C++ Logo

SG14

Advanced search

Subject: Re: Soliciting Games related topics for this wednesday
From: Matt Bentley (mattreecebentley_at_[hidden])
Date: 2020-10-14 17:46:25


Thanks Michael-
I think the main question I have for everyone (asides from general
feedback and corrections, if any) is around erasure and freeing memory
blocks.
With the reserve mechanism in place, it is possible to retain memory
blocks when they become empty of elements post-erase, to reuse at later
points. Not all memory blocks can be retained, as the smaller the memory
block, the lower the cache locality of elements overall.
And since (by default) colony has a growth factor for memory blocks, in
normal use the first memory block will be small and subsequent ones will
be larger and larger.
And, if there are many memory blocks but many of them are halfway-empty
due to erasures, it might make more sense in some scenarios not to
retain memory blocks regardless of how large them are.

I believe when we talked about this last time, there were two options:
(a) Retain no memory blocks on erasure
(b) Leave retention of memory blocks on erasure implementation-defined

The first gives a predictable pattern for programmers, but comes with
serious performance issues, for example erasing/inserting a bunch of
elements repeatedly could, depending on the location of the elements
being erased, result in memory blocks being deallocated/reallocated
repeatedly, so, worst-case performance scenario.
The second gives no predictability as to when memory blocks are freed,
but has the additional performance advantage that, for some of the
memory blocks at least, deallocation can be shifted out of hot loops and
then freed via the 'trim()' function.

My experience tells me that the best performance strategy is to only
retain the back or second-to-back memory blocks (provided the
second-to-back is not the first memory block), which will almost always
be the largest blocks in the group (splice messes with this a little,
but not much). That's what I've got in the implementation.
And I think the messiness of leaving retention implementation-defined
can be mitigated where it is problematic by people using allocators
(pool or other types).

So I think (b) gives the best option for programmers not using
allocators, may create a small amount of additional overhead for those
using allocators via the necessity to call 'trim' to make sure all
memory blocks are freed via erase and available for other
data/containers. But I'm interested to hear other's thoughts.

-Matt

On 15/10/2020 3:13 am, Michael Wong wrote:
> Thank you Matt, I dont want you to stay up to 2 am your time if there
> will not be a lot of Games experts online. We will endeavour to review
> this offline. Thank you again.
>
> On Wed, Oct 14, 2020 at 2:05 AM Matt Bentley <mattreecebentley_at_[hidden]
> <mailto:mattreecebentley_at_[hidden]>> wrote:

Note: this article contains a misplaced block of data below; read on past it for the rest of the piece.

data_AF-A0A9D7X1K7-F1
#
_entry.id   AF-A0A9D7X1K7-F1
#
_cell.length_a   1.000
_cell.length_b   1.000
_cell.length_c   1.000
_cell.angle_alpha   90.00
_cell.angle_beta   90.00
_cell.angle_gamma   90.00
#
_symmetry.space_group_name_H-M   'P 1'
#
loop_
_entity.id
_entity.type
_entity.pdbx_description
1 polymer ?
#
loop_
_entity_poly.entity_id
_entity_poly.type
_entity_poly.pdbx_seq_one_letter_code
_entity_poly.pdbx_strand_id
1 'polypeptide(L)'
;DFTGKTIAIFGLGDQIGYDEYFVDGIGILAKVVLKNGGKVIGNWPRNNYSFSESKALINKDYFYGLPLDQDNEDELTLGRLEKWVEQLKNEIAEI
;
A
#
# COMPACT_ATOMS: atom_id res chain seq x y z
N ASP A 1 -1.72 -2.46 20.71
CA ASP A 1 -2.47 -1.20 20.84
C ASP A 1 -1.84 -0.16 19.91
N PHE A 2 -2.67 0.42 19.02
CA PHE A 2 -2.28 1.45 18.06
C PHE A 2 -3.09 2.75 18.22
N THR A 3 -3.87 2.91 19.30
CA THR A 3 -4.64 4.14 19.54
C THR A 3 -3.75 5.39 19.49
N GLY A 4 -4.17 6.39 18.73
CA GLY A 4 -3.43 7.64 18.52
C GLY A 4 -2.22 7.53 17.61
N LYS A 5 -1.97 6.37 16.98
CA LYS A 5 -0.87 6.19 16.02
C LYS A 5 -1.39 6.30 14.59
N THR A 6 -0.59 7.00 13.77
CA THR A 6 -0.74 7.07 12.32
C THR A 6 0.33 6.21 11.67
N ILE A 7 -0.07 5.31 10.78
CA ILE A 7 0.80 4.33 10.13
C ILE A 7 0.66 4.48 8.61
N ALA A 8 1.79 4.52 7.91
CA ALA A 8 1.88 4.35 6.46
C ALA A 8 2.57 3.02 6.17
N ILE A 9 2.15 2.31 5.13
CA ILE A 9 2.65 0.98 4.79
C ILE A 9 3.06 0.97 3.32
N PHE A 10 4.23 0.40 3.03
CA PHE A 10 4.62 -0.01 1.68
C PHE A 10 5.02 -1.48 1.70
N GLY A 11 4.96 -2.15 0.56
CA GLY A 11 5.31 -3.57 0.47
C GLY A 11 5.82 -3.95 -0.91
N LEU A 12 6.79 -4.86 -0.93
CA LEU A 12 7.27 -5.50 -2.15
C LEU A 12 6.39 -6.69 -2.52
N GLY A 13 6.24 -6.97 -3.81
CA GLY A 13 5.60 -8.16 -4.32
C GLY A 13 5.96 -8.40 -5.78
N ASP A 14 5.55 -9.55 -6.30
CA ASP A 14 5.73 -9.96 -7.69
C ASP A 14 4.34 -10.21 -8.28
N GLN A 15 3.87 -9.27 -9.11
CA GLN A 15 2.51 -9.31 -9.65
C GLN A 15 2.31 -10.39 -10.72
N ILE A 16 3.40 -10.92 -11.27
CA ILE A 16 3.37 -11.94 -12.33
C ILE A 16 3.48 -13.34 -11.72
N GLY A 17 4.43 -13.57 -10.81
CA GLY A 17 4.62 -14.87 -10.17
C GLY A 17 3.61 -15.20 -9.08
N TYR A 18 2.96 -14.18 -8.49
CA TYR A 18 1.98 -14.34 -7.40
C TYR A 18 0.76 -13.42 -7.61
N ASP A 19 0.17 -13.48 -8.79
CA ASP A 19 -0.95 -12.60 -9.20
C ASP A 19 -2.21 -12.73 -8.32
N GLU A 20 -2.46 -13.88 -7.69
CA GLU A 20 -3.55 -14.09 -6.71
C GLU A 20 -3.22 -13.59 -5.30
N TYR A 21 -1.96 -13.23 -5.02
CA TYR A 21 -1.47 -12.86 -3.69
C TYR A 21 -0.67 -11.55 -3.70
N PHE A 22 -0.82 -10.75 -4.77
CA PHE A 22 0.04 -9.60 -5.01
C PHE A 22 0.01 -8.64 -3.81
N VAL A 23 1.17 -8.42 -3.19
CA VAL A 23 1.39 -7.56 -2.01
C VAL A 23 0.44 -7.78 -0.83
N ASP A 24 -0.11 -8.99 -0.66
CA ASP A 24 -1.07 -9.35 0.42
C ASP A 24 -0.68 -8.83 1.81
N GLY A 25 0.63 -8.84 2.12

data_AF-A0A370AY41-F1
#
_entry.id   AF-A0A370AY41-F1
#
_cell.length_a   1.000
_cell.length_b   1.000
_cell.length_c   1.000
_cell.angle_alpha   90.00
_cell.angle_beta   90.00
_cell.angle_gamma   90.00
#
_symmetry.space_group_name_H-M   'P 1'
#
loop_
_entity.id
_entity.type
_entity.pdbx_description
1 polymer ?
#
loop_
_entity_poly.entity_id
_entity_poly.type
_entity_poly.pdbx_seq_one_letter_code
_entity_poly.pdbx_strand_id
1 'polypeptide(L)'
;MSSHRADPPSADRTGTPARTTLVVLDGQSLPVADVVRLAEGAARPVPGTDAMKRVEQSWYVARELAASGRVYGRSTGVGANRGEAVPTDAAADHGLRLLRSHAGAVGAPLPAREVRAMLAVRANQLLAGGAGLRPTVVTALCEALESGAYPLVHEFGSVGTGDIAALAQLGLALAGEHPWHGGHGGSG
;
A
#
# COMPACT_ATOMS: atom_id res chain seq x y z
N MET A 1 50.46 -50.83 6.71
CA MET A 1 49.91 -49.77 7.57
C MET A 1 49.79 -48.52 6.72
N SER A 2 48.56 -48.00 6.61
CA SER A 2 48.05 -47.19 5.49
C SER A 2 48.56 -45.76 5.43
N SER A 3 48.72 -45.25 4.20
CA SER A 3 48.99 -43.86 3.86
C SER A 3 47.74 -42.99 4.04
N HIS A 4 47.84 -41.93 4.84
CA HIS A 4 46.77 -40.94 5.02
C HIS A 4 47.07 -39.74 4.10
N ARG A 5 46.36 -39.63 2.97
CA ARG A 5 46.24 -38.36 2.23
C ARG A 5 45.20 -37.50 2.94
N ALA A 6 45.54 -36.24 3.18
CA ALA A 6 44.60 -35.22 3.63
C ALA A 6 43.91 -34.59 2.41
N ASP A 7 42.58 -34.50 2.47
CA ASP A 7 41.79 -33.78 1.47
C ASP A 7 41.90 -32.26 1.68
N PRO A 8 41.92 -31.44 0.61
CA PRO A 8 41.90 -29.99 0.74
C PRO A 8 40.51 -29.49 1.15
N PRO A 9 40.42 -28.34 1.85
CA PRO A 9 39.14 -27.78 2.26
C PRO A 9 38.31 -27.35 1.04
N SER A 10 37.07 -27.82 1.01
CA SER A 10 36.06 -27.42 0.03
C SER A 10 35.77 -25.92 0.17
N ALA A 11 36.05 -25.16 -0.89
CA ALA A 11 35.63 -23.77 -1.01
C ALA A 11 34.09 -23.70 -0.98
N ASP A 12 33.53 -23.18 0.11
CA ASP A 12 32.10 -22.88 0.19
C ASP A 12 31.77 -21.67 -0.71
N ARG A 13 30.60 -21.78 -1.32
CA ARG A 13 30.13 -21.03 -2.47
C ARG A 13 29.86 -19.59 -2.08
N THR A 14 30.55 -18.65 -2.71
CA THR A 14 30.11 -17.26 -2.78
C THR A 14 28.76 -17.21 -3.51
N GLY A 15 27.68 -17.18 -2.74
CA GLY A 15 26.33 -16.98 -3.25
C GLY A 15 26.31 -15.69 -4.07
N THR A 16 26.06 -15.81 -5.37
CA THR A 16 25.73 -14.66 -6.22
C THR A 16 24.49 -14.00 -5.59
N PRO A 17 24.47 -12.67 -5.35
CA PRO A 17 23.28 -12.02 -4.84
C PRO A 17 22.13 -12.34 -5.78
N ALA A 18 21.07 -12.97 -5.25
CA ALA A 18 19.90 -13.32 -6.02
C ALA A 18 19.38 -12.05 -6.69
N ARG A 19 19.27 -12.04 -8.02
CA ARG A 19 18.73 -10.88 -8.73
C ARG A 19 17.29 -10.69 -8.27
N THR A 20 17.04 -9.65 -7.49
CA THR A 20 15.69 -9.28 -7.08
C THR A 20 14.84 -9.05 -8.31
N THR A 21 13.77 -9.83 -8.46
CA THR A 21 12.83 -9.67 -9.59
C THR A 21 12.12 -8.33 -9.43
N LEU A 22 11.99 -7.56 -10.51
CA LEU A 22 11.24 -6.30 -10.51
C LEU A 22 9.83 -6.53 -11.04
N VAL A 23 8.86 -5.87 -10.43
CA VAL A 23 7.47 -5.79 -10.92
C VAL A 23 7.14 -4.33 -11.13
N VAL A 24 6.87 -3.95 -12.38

>
> New version of the colony paper is now available here:
> https://htmlpreview.github.io/?https://raw.githubusercontent.com/WG21-SG14/SG14/master/Docs/Proposals/D0447R11%20-%20Introduction%20of%20colony%20to%20the%20Standard%20Library.html
>
> To the best of my knowledge all the feedback from the last review has
> been actioned. And the implementation based on this draft is very close
> to being fully baked - about 2% to go.
> The ~10% performance issues mentioned last time in relation to
> reserve()
> were a GCC bug that was introduced in GCC9, and have been reported here:
> https://gcc.gnu.org/bugzilla/show_bug.cgi?id=96750
>
> This is not fixed in GCC yet. 'm not sure if it will be. However
> reduced
> tests on the current beta show equal or better performance over the
> previous non-reserve versions, about 2% performance increase across
> most
> compilers. This is largely down to the optimisation work I have been
> doing.
>
> In addition a new function, trim(), has been introduced - the reasoning
> for this is listed in the Design Decisions->'Additional notes on
> specific functions'->shrink_to_fit description.
>
> I hope I will be able to attend tomorrow, if not I welcome your
> feedback. There are a couple of minor questions I have:
> * Should assign be allowed to reduce capacity? eg. If the newly
> assigned
> fill or range is smaller than the previous capacity.
> * Should operator = (&colony) be allowed to retain existing memory
> blocks and hence have a potentially higher capacity than the source
> colony?
>
> Thanks-
> M
>
>
> On 13/10/2020 11:57 am, Michael Wong via SG14 wrote:
> > Hi all, for this Wednesday's monthly call, we will be returning to a
> > Games focus, as Security wanted to move to December. I am
> wondering if
> > there are any papers or topics for review or discussion. Thank you.
> >
> > _______________________________________________
> > SG14 mailing list
> > SG14_at_[hidden] <mailto:SG14_at_[hidden]>
> > https://lists.isocpp.org/mailman/listinfo.cgi/sg14
> >
>


SG14 list run by sg14-owner@lists.isocpp.org

Older Archives on Google Groups